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Holidays look a little different in a COVID-19 world
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Holidays look a little different in a COVID-19 world

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Holidays look a little different in a COVID-19 world

A young boy poses for a photo while sitting on Santa Claus' knee during the 41st Annual City of Dothan Christmas Tree Lighting ceremony in 2019. Due to the coronavirus pandemic, the holidays will be different this year.

What will the holidays in a COVID-19 world look like?

Families may gather outside for their Thanksgiving meal or drop off a covered dish to loved ones. Santa will likely wear a mask while children rattle off their Christmas list from 6 feet away. Grandparents could end up watching Christmas morning over Zoom.

Whatever the season looks like, it will be different this year.

Across the country, Americans are weighing the risk of celebrating the holidays as they normally would amid fears of a worsening surge in the coronavirus pandemic. Meanwhile, The Centers for Disease Control and Prevention has urged people not to travel this Thanksgiving, especially to high-risk areas for transmission.

Locally, annual public holiday events – such as Gardens Aglow at the Dothan Area Botanical Gardens and the Dothan Downtown Christmas Festival – are still being planned, although some adjustments have been announced to accommodate public health safety measures.

At Wiregrass Commons Mall in Dothan, parents and children may notice a few differences when they visit Santa Claus at center court. Santa will be there, but children will be seated away from him as they visit, said Mark Dycus, general manager of the mall.

“Children can’t sit in Santa’s lap this year,” Dycus said. “They’ll still have a conversation with Santa and they’ll be sitting nearby Santa to speak with him. It’s also set up so that the photo, when it’s taken, it pretty much looks like they’re sitting next to Santa even though they’re at a safe distance.”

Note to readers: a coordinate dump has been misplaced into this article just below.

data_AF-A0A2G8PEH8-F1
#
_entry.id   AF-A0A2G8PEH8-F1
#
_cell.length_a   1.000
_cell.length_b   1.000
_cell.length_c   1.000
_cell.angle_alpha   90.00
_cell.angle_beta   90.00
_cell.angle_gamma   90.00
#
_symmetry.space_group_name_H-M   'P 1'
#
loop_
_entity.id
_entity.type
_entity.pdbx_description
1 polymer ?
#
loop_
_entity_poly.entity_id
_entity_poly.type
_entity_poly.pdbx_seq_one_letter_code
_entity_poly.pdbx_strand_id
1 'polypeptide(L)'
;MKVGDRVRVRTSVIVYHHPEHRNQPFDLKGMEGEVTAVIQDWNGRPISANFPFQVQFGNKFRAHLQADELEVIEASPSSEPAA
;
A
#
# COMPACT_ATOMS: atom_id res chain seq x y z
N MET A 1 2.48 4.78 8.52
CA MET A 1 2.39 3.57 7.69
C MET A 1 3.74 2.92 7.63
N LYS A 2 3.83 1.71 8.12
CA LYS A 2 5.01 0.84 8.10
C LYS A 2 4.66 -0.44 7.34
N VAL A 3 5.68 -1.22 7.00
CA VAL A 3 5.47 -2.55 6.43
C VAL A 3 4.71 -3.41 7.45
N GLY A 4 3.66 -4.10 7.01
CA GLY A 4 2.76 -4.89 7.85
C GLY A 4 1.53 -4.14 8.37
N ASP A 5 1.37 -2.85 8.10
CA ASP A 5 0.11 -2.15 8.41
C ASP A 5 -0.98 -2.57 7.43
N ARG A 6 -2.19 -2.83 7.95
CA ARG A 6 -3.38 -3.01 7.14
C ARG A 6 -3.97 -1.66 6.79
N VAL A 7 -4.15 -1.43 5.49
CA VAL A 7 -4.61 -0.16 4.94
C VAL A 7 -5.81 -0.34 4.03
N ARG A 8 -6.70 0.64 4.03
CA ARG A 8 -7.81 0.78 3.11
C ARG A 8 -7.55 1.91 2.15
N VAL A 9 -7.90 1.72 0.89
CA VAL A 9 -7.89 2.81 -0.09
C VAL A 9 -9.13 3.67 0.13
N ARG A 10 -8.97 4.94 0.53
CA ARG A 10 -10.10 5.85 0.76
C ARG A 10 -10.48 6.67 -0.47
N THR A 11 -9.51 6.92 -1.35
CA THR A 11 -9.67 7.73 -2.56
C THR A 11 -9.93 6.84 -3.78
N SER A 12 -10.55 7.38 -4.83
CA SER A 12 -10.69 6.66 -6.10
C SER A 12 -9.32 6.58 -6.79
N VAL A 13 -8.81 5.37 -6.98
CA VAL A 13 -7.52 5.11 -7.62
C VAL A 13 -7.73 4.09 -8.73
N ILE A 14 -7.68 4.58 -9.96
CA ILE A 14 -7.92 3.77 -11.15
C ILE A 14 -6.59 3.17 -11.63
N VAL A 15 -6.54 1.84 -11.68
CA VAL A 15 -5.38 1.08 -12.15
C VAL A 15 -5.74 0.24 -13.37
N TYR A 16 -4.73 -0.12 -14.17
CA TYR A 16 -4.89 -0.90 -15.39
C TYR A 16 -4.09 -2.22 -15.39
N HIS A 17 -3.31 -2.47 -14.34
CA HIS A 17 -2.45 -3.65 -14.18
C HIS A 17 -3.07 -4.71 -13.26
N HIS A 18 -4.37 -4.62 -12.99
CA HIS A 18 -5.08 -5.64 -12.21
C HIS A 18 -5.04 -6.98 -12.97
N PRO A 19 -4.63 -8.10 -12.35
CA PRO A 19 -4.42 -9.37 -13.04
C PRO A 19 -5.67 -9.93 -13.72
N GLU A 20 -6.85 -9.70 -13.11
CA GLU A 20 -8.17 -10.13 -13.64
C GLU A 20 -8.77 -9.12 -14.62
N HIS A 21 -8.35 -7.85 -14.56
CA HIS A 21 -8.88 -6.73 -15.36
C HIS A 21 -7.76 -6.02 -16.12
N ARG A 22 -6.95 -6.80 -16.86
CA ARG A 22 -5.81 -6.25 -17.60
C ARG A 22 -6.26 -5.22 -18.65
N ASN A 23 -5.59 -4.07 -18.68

Cherry Hill, the company that oversees the mall’s Santa photos, is also offering a virtual experience where children can visit with Santa over their computer or smart device.

Holiday shopping in general will be a little different this year. Health officials suggest online shopping or at least avoiding peak shopping hours in stores.

Dycus said in the mall, CDC and Alabama guidelines will be followed. Most stores, he said, plan to maintain a small occupancy even though occupancy restrictions have been lifted. Social distancing measures will be in place, especially at cash registers, and masks are required.

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“Many of the merchants are absolute on that requirement; they will not let you in the store unless you’re wearing one,” Dycus said. “And many of them will provide you with a mask if you don’t have one.”

Major retailers will be closed on Thanksgiving Day and most are spreading out their Black Friday sales – some have already started – and offering their Black Friday deals online, according to Jon Vincent, founder and spokesperson for the website www.earlyblackfriday.com. Vincent said retailers around the country will be limiting the number of shoppers allowed in physical store locations on Black Friday.

Retailers are also offering curbside pick-up for online shoppers, Vincent said. This allows retailers to safely get merchandise to shoppers without overwhelming distribution centers. Online sales for November and December are expected to increase 33% over last year for a record $189 billion in sales, according to Vincent. On Black Friday, online shoppers are expected to spend $10.3 billion.

“If you do go to the store to shop, expect a different experience than previous years,” Vincent said in an email. “Retailers take COVID-19 very seriously and will require masks, social distancing, and strict limits on the amount of people allowed in the store at one time.”

Alabama’s public health officials hope residents will put safety first this Thanksgiving.

Corey Kirkland, administrator for the Southeastern District of the Alabama Department of Public Health, said spending Thanksgiving and Christmas with family may be more important this year due to the pandemic, but it’s more important to be safe. COVID-19 transmits easily and many people with the virus show no symptoms.

“If you’re sick, don’t go,” Kirkland said. “If you’re sick, don’t host.”

Kirkland said people should consider virtual dinners as a way to reach out to loved ones who don’t live in the same household. FaceTime is an easy way to do that, he said.

If you do get together with family and friends, health officials are encouraging outdoor gatherings with enough spacing, masks and hand sanitizer. Keeping the event short is also a good idea, Kirkland said. Fight the urge to shake hands or hug.

With precautions, Kirkland said it is possible to stay safe and keep the spirit of the season.

“Just be with each other and tell them that you love them,” he said.

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